On the outskirts of the eastern, northern, and southern districts of Aleppo city, 22 informal settlements have emerged, founded and inhabited by impoverished migrants from rural areas. These include Tal Al-Zarazir, Ansari, Harat Al-Shahadin, Salaheddin, Fardous, Karam Al-Daadaa, Haydariya, Sheikh Faris, Sheikh Khader and Sheikh Said. Three large informal settlements have expanded around villages outside Aleppo city: Nairab, Handarat, and Ansari. These were gradually incorporated into the city’s general zoning plan at different stages.
The expansion areas west of the city were zoned according to urban expansion laws that limited residential expansion to unregulated and undivided areas within the city’s general zoning plan. However, there are districts in western Aleppo that feature widespread unlicensed construction. These fall within the city’s administrative boundaries and zoning plan. The most notable of these are the districts of Rashidin and Kaliria. However, nobody refers to them as unlicensed construction areas because today, they are high-end residential communities inhabited by the middle class and do not suffer from a lack of services. Also, there are two large, old informal settlements west of Aleppo city and outside its zoning plan: Khan Al-Asal and Kafr Dael.
All the above-mentioned informal settlements were included in the amendment issued in 1991 to the approved zoning plan for Aleppo City. This amendment gave the homes there the status of two-storey Arab-style housing, which is a relatively new urban category specific to these areas. Under this designation, pre-existing buildings consisting of two storeys were licensed, which is the case for the majority of buildings in these areas, provided that they have at least 25 percent of the construction plot area without a ceiling, and that the width of the street onto which the building faces is at least five metres. The goal of that 1991 amendment was to regulate these areas and control unlicensed construction. However, the licensing for this new urban housing category was, in practice, only applied to properties belonging to people who had been given demolition notices in the area northwest of the Hanano district. And in 2012, with the issuance of the new zoning plan for Aleppo, the “Arab-style housing” category was removed from the building code system.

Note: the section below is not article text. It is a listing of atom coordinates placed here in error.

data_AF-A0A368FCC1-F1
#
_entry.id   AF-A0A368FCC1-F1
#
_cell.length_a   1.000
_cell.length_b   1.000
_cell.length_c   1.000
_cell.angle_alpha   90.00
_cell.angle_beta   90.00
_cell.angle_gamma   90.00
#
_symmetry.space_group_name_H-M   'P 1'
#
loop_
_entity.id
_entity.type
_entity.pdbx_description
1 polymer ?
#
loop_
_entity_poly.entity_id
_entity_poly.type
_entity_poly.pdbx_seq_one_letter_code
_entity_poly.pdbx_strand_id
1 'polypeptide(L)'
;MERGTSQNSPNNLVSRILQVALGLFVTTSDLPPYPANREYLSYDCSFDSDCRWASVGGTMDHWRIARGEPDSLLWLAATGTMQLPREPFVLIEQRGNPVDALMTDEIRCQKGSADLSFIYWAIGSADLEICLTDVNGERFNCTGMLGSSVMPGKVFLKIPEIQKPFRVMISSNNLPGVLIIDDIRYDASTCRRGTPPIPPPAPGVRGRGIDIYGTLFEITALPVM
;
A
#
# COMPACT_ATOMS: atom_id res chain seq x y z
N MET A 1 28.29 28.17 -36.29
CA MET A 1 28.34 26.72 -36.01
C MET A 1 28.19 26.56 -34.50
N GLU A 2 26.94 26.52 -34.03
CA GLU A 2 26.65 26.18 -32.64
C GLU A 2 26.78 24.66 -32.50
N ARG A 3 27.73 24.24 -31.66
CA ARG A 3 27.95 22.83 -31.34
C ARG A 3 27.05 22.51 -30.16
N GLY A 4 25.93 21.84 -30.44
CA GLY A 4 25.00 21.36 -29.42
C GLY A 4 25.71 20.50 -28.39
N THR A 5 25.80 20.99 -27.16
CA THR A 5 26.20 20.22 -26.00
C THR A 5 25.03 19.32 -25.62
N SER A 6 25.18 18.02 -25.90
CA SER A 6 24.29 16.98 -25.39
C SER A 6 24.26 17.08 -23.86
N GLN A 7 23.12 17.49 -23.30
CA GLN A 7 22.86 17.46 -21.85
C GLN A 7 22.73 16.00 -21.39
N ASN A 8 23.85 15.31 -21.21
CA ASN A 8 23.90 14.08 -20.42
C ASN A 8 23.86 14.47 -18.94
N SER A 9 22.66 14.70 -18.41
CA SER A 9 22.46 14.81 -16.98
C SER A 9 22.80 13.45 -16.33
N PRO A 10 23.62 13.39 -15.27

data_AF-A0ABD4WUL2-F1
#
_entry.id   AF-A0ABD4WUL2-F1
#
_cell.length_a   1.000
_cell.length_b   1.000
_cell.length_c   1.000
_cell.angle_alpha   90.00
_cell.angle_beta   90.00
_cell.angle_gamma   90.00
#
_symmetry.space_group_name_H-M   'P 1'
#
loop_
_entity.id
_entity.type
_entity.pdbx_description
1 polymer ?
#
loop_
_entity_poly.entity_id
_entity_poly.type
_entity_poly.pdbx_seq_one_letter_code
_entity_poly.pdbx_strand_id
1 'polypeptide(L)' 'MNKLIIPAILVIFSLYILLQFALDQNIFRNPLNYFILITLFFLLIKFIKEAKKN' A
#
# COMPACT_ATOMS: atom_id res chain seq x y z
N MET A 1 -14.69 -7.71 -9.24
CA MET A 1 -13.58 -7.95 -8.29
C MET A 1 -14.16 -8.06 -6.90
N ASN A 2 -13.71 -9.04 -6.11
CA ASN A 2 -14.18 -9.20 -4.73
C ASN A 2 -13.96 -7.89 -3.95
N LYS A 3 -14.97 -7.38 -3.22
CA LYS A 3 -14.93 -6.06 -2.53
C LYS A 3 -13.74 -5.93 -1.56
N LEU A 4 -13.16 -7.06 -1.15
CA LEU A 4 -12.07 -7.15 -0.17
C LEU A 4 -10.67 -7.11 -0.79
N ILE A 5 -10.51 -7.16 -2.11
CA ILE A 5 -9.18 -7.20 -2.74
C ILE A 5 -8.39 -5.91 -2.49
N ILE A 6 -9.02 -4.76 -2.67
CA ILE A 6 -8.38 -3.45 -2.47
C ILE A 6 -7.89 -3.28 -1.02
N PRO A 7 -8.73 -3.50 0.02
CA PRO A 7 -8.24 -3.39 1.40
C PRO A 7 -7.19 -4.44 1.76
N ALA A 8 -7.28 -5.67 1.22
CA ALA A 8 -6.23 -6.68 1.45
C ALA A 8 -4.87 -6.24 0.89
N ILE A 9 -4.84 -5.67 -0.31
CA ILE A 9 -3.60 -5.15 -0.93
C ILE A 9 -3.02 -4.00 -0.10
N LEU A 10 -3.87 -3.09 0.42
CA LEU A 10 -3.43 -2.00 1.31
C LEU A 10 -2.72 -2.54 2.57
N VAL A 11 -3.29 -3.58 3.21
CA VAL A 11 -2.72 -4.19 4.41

In 2000, the government issued Urban Expansion Law No. 26, amending Urban Expansion Law No. 60 of 1979, meant to solve the informal settlements in Aleppo. Article 7 of Law No. 26 identified several methods for dealing with these areas:
- The first method was to apply the provisions of City Division and Urban Planning Law No. 9 of 1974, under its first and second sections, either through zoning or division. Typically, a local administrative unit undertakes the zoning process in unoccupied or sparsely populated areas, as the process is lengthy and complicated. Established informal settlements are subjected to division, allowing property owners to subdivide their properties. In both instances, the administrative unit is allotted a third of the area free of charge to construct roads, squares, public buildings and other facilities.
- The second method involved the local administrative unit expropriating the necessary lands within informal settlements to create roads, squares, parks, public buildings and residential subdivisions per the Expropriation Law No. 20 of 1983. This method significantly burdens administrative unit councils due to compensation costs, and they lose the free third they could have gained through division or planning. Ultimately, only the main axes that will be expanded through this method will change.
- Finally, the third method considered informal settlements as urban expansion areas, applying the second article of Urban Expansion Law No. 26 of 2000. This meant the complete takeover of the settlement, followed by preparing a detailed zoning plan after deducting the free one-third of its area. After estimating their value, the resulting residential divisions are dealt with, with 60 percent sold at cost to public entities and housing cooperatives, and 40 percent to property owners in the area. However, this solution cannot be applied to informal settlements already densely packed with buildings.
In 2004, the Aleppo City Council identified several informal settlements where it could apply Law No. 26 using the third method mentioned above. These included Al-Haidariya, where demolition notices had been issued, an area of mass unlicensed construction entirely confiscated for the benefit of the City Council. Also included were Jabal Badro and Sheikh Najjar. The City Council began preparing detailed zoning plans for these areas and tasked the engineering unit at the Faculty of Architecture at the University of Aleppo to propose planning solutions for other informal areas like Tal Zarazir, Al-Ansari, and the remaining informal settlements in 2005. However, none of the above methods were actually implemented in addressing Aleppo’s informal housing.